Bush in ‘Quandary’ Over Selection of FDA Commissioner
The New York Times examines the "political quandary" President Bush faces as he attempts to appoint an FDA commissioner, a position that has remained empty for more than a year. The last FDA Commissioner, Jane Henney, resigned in January 2001. According to the Times, legislators and drug industry executives have criticized Bush for "not plac[ing] a high enough priority on filling" the position. Sen. Ron Wyden (D-Ore.) said, "It is critically important that the president get names up on the Hill so that we can begin the confirmation process. I'm hearing an unprecedented coalition of public interest groups, entrepreneurs and scientists saying that, at a critical time when we are about to spend billions of dollars fighting bioterrorism, there just isn't anybody home at these key agencies." However, the Times reports that Bush faces a "dilemma." If he names a candidate from the drug industry, he may face the "wrath" of Senate Democrats. However, a nominee from outside the drug industry could upset pharmaceutical companies, who gave Bush "considerable campaign support" in the last election. According to the Times, the conflict has already "scuttled" one possible candidate. In July, the administration put forward the name of Michael Astrue, general counsel for the Cambridge, Mass.-based biotech company Transkaryotic Therapies, as a possible commissioner. Seven Democratic senators, including Senate Health, Education, Labor and Pensions Committee chair Edward Kennedy (D-Mass.), objected. Kennedy said he would not hold confirmation hearings if Astrue if were nominated, surprising White House officials who expected the Massachusetts lawmaker to "welcome" an FDA nominee from his home state. "It would be unprecedented for anyone to be appointed from an industry regulated by the FDA, and now is not the time to start," Kennedy spokesperson James Manley said.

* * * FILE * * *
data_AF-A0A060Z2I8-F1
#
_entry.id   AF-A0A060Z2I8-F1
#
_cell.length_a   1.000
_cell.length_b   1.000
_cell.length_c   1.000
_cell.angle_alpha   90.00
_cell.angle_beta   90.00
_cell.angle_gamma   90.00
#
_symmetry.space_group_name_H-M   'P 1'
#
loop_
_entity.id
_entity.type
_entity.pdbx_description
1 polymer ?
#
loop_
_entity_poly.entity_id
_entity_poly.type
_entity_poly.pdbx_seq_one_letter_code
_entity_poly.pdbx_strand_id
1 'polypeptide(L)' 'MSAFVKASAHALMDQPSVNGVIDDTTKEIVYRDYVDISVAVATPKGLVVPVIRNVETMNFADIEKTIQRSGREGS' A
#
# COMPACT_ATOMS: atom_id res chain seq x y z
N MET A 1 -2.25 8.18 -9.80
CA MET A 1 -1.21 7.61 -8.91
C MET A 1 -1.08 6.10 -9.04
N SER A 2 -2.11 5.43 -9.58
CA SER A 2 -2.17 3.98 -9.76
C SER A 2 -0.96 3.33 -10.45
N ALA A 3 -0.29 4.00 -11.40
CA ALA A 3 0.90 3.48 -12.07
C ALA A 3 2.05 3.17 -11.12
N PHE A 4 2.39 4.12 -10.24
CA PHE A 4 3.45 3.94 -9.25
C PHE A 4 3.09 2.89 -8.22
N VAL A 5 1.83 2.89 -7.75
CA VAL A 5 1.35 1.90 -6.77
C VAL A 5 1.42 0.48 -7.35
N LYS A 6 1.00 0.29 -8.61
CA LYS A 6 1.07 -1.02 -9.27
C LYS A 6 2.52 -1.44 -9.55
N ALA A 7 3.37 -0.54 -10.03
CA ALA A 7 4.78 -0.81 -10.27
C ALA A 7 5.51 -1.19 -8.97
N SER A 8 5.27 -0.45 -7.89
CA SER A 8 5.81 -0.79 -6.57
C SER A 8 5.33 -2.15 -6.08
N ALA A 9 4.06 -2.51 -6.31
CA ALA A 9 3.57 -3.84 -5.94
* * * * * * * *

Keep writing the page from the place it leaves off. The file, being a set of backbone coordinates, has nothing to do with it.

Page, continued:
Currently, Vanderbilt University drug safety expert Dr. Alistair Wood is a "leading candidate," according to the Times. However, the Times reports that the conflict of interests "is playing out again," as executives from the drug industry "are not keen" on Wood. According to the Times, drug executives see Wood as a potentially "overly aggressive regulator" after a "string" of drug recalls and patient deaths led him to call for the FDA to be "more aggressive" in drug monitoring. According to the Times, HHS Secretary Tommy Thompson on Monday sent Bush a list of three candidates each for the FDA position and the unfilled NIH director position. The Times reports that Bush is seeking a candidate who "understands the drug approval process" and could "streamline the agency's bureaucracy." Dr. David Kessler, a former FDA commissioner in the previous Bush administration, said, "The president is getting squeezed from all sides. The job of the agency is to protect public health, and it needs leadership" (New York Times, 2/8).This is part of the California Healthline Daily Edition, a summary of health policy coverage from major news organizations. Sign up for an email subscription.